Drift Socks for Offshore Fishing

By Dave Johnson - Bass Pro Radio.Com


Have you ever looked at a map of your favorite lake and eyed an offshore shoal or hump and wondered what you could catch out there?  Here in New York we have a bunch of lakes with off shore structure that will produce big bags of Smallies.  We also have more days when the wind blows then when it doesn't!  To help us fish these open water gold mines on windy days we turn to a Drift Sock or what some call sea anchors to slow down our drifts.


There are a number of ways to deploy one of these big vinyl funnels in the water.  Before I ever put the drift sock on my boat I made sure it was ready for what I wanted to do and that it would deploy quickly.  There is nothing worse then getting on top of a hot spot and by the time you get the sock in the water you are a half mile away from where you started.  I attached about 25 foot of 3/8" rope to the tie on loop at the top of the sock.  I then went up the rope about 10 foot and tied a loop knot and put a carabineer thru the loop.  About a foot farther up the rope I tied in another loop knot.  This second loop is what I will snap the carabineer to once I have wrapped the rope around something on my boat.  More about that later.  Now I have about 14 feet of rope left and I take that all the way back down to the sock and to the very bottom inside of the cone.  I tie the rope off at this point.  This will help to collapse the sock when you want to pull it in.


Ok, I have the system ready.  I get out on the water and slightly up wind from the spot I want to drift across.  I grab the rope near the carabineer in one hand and throw the drift sock in the water with the other hand.  I normally slide the second loop we tied above through the "Hang On" handle on the port (left) side of my boat.  I then take the carabineer and snap the two loops together.  Now I  turn to my drivers console and make sure the big motor is trimmed way down and turn the engine like I was going to make a hard left turn.  This will make the boat turn into the drift sock and keep the boat broadside to the wind.  Being broadside allows both the front and rear deck easy access to fish behind the direction of drift.  Now just tie on a 1/4 oz. tube jig and throw it out behind the boat and wait for the fish to hit!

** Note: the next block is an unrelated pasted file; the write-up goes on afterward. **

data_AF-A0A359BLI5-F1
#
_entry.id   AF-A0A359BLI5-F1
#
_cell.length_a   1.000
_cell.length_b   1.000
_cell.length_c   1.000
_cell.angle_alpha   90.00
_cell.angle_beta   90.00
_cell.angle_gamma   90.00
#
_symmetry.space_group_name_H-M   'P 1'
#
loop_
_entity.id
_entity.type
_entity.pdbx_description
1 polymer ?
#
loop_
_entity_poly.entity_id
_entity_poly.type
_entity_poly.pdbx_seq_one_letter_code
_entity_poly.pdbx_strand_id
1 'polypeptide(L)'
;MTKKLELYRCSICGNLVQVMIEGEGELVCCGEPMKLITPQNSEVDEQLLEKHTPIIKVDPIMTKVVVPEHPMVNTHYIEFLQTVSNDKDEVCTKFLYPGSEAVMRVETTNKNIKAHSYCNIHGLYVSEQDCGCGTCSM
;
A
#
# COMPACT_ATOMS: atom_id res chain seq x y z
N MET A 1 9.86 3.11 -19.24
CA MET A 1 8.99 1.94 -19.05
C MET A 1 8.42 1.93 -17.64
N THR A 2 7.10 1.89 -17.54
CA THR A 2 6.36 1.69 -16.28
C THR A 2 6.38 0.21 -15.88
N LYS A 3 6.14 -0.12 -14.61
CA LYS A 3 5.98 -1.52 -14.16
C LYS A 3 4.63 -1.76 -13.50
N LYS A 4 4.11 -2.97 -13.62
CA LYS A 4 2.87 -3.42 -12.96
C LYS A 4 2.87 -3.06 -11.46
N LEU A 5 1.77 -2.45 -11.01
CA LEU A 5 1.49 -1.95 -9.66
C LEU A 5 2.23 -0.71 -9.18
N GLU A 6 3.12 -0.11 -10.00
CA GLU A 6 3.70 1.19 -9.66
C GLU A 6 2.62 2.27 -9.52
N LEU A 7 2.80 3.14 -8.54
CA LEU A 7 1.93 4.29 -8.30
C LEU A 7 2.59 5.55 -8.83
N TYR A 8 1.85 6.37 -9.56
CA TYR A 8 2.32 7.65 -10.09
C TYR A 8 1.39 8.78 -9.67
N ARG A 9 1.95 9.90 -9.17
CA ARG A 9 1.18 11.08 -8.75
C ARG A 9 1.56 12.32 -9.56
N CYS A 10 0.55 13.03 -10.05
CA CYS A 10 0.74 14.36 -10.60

Because the drift sock is behind the direction of drift you will have to watch out when you get a fish in near the boat.  Big smallies always want to run under something, so be ready to stick your rod in the water to keep the fish from getting tangled in the sock.


Once I have drifted over the spot I grab the rope that we tied off to the bottom of the funnel and pull it in.  This will collapse the sock and allow for easy retrieval.  Now start the big engine and zoom back to your starting point and start the drift again!